From trying to work on six projects at once, I am now down to a more manageable three.
The fox is now complete but the butterfly will, unfortunately, have to stay as a demonstration piece. While explaining to others what to do and what not to do with regard to the use of watercolour pencils, I have shown too many examples of what not to do. I now think it would be difficult to retrieve the piece.
But, all is not lost as using the experience I will then go on at some point to do the butterfly again. It will be part of a series of drawings and I have references that are my own. It is always satisfying to use your own references. The artwork is then truly yours.
The Wolf is virtually complete but I am struggling to decide when I should call it finished. Every time I stand back and take a look… something catches my eye that could do with further work. If I am not careful I am going to overwork this piece. That would be unfortunate as I am really pleased with how it looks, particularly as it was a challenge to use only a limited number of pencils. Five watercolour pencils were used along with a Derwent Chinese white pencil for the fur while the eyes were completed using two polychromous oil based pencils.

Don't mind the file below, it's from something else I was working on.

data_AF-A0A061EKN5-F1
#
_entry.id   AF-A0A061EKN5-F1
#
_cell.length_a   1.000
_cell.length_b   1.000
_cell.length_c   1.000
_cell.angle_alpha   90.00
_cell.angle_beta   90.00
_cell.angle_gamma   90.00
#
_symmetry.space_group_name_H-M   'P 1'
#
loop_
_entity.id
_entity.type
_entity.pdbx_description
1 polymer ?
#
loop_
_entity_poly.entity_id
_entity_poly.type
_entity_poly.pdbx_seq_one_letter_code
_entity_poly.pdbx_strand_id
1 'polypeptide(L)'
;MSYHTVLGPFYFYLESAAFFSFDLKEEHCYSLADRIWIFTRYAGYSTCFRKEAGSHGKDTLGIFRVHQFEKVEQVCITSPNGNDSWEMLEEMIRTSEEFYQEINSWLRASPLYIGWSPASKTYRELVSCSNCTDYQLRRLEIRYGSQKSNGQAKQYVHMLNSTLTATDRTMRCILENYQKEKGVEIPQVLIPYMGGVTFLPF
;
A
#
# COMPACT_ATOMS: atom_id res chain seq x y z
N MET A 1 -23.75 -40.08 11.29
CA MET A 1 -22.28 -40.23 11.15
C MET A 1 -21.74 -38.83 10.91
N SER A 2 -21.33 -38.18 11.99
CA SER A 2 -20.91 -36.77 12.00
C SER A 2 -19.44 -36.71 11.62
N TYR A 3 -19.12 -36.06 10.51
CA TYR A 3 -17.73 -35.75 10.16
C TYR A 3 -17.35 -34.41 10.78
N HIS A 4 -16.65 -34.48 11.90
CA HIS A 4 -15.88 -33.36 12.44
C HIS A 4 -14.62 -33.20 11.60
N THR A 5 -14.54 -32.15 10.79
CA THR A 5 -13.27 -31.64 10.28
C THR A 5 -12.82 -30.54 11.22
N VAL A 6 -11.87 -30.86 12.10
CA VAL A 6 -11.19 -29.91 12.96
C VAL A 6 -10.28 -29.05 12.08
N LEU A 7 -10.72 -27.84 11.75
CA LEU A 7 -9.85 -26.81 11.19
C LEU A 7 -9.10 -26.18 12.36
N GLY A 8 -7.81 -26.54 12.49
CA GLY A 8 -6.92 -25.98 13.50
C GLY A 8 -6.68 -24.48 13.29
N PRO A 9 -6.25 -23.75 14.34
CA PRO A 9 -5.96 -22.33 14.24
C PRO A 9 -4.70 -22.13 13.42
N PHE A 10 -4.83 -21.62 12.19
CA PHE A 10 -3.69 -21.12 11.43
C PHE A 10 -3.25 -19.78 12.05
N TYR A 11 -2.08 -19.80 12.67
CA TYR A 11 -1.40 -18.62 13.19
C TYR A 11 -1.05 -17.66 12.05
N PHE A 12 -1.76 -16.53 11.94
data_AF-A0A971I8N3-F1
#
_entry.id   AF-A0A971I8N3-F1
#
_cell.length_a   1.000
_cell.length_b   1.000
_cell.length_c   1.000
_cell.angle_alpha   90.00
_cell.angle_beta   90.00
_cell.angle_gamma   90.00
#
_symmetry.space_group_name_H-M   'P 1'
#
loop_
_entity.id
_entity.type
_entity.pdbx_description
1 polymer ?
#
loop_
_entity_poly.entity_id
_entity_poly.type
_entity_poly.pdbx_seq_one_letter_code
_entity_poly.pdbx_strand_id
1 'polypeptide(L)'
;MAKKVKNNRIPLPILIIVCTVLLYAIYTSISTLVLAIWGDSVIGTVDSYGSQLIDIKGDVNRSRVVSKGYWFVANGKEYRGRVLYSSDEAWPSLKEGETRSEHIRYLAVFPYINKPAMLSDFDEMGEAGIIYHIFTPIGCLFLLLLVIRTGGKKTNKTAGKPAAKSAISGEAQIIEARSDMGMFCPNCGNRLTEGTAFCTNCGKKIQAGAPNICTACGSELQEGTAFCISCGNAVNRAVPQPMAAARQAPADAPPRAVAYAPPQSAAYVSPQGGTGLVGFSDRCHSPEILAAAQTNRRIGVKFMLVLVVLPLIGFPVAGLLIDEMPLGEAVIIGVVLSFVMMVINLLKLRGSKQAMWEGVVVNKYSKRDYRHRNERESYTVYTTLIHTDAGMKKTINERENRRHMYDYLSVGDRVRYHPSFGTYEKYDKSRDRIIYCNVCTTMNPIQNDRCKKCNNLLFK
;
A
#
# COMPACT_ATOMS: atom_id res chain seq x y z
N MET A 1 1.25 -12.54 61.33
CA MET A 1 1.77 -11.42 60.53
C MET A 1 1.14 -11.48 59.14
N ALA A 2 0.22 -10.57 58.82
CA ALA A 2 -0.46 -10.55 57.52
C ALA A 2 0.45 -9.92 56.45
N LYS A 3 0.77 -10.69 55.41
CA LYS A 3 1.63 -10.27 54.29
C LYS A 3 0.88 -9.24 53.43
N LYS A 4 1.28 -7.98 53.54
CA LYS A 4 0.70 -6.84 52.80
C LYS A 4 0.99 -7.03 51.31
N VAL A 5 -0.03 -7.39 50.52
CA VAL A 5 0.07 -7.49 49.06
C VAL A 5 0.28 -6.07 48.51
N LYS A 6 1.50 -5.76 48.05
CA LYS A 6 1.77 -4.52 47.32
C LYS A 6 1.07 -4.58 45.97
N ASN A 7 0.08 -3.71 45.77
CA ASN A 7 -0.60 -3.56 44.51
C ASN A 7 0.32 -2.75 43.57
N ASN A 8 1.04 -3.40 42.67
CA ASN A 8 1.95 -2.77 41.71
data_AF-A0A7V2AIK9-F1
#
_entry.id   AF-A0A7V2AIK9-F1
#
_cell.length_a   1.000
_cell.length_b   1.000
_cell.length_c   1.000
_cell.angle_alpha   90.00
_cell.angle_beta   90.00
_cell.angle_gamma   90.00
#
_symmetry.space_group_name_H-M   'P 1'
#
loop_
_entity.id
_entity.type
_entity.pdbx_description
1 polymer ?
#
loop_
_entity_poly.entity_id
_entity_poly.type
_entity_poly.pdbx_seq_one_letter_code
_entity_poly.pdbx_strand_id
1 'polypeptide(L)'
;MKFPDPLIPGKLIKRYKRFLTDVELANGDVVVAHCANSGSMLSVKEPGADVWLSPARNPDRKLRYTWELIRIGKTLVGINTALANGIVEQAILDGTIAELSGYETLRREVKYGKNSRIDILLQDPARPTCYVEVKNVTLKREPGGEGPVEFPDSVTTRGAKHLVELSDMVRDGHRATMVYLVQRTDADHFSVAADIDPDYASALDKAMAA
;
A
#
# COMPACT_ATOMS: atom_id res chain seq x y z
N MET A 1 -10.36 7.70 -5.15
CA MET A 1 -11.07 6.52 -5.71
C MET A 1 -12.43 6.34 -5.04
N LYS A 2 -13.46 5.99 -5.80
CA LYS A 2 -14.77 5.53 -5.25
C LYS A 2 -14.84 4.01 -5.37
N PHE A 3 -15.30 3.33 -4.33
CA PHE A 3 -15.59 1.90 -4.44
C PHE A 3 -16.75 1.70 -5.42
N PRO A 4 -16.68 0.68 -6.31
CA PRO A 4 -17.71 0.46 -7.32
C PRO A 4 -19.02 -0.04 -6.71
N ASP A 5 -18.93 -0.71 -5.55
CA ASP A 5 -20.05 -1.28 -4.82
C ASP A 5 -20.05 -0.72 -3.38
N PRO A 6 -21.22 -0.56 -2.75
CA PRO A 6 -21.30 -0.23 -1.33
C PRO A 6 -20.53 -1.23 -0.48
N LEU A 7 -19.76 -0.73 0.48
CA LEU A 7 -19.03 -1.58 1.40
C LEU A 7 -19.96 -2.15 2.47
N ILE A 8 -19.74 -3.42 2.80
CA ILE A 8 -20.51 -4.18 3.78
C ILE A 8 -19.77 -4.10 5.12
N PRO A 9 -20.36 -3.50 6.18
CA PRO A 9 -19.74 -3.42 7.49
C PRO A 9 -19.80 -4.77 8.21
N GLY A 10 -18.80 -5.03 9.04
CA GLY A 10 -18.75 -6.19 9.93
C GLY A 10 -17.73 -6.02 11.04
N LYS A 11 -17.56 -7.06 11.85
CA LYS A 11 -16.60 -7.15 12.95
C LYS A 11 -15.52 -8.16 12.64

Watercolour pencils I feel should offer more possibilities but I guess the problem is that it takes time to get to know them… something that can be a struggle to find.
With the butterfly being put to one side to be redone at a later date, the Hare and the Squirrel have had more work done on them than was expected. Both should be completed within the next week.